Base pointer offset adjustment for multiple inheritance

Question | Nov 25, 2015 | nextptr 

Multiple inheritance has always been a thorny subject for the complexities it introduces to the application and language design. Its opponents have a common argument that multiple-inheritance violates the Single Responsibility Principle. Nevertheless, the multiple-inheritance is a powerful tool available to C++ programmers that can help solve many peculiar design problems. Here we will discuss one particular pain that a C++ compiler has to go through when objects are accessed polymorphically.
The following code has 2 base classes namely B1, B2 and a derived class C. To keep our example simple we are not using any virtual methods here.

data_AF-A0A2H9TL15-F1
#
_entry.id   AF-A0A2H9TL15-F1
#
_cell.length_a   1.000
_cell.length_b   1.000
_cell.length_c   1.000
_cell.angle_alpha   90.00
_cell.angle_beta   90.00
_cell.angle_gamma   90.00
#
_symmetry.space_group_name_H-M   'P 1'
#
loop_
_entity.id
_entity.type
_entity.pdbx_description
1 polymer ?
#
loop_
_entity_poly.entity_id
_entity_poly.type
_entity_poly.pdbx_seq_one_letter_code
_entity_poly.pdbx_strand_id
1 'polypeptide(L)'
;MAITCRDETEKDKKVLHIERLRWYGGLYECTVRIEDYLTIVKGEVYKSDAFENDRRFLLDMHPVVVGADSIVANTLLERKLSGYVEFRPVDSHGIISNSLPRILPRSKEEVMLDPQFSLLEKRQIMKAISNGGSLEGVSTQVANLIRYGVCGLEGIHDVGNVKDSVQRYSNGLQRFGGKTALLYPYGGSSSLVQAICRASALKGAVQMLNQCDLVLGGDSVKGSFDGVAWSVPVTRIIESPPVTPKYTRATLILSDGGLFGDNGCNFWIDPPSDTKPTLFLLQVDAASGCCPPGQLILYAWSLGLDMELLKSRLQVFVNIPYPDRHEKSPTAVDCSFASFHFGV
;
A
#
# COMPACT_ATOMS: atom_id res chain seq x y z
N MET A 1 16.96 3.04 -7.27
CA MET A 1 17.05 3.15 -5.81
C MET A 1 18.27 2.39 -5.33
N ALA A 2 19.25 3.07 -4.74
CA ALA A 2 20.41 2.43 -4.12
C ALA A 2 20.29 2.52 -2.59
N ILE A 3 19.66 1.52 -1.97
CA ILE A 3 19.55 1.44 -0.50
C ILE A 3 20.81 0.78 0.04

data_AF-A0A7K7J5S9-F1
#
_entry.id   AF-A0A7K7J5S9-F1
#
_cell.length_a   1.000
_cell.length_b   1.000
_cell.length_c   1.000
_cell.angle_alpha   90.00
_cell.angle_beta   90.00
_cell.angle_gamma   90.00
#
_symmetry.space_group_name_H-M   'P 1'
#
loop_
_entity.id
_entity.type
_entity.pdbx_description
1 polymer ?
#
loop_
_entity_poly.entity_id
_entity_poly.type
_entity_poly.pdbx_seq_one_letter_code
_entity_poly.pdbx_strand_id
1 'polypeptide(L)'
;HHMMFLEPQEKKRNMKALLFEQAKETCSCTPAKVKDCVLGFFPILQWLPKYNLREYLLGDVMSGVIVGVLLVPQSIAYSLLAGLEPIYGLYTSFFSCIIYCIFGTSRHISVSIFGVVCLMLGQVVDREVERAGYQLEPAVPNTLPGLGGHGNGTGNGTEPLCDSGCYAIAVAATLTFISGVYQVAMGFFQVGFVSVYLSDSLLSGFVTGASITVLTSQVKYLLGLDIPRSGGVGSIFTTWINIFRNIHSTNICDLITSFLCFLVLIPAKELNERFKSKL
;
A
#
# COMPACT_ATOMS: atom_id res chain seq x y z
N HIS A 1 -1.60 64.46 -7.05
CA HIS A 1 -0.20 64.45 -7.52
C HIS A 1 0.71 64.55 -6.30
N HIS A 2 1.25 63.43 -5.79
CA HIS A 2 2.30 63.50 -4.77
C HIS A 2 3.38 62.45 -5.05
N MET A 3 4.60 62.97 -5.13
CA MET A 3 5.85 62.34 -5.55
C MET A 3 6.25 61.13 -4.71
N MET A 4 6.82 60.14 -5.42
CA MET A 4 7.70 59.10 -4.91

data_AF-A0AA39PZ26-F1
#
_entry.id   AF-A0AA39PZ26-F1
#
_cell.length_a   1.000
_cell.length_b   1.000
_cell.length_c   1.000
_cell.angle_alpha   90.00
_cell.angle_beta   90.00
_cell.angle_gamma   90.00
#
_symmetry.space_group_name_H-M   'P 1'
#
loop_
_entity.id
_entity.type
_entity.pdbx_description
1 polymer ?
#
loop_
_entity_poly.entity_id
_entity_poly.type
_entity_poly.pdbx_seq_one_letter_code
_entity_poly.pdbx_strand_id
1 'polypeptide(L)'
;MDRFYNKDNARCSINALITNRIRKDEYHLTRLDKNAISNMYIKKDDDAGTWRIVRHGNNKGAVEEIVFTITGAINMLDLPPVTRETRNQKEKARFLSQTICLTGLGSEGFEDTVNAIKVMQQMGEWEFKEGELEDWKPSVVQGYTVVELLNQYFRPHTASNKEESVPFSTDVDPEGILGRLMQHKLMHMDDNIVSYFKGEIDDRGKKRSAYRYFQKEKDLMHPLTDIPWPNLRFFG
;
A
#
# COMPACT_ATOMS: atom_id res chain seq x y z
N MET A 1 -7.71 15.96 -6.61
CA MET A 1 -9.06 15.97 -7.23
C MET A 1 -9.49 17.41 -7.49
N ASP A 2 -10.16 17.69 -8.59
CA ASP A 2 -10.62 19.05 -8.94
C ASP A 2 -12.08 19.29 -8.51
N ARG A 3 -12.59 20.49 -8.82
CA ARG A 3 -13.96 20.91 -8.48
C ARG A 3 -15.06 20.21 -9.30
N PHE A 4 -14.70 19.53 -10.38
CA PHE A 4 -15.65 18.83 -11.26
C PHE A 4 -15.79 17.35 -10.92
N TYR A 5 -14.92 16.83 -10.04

class B1 {
protected:
    int x;
};

class B2 {
protected:
    int y;
};

class C : public B1, public B2 {
private:
    int z;
};

C* pC = new C;
B1* pB1 = pC; // No offset adjustment
B2* pB2 = pC; // Offset adjustment

The following figure illustrates how the instances of B1, B2, and C would be laid out in memory:

enter image description here

Note that the order in which base types are specified in an inheritance clause decides the order in which their data would be laid out in the derived object.
As shown above, accessing derived object - *pC - through first base-class pointer, pB1, involves no extra effort from compiler's side; but access through pB2 involves under the hood offset adjustment of base address by the size of first base-class.

To help you understand this concept try answering this question:

printf("%s\n",(void*)pB1 == (void*)pB2 ? "Yes" : "No");  

printf("%s\n",(void*)(pB1 + 1) == (void*)pB2 ? "Yes" : "No");

What would be the output of the above?

2015 nextptr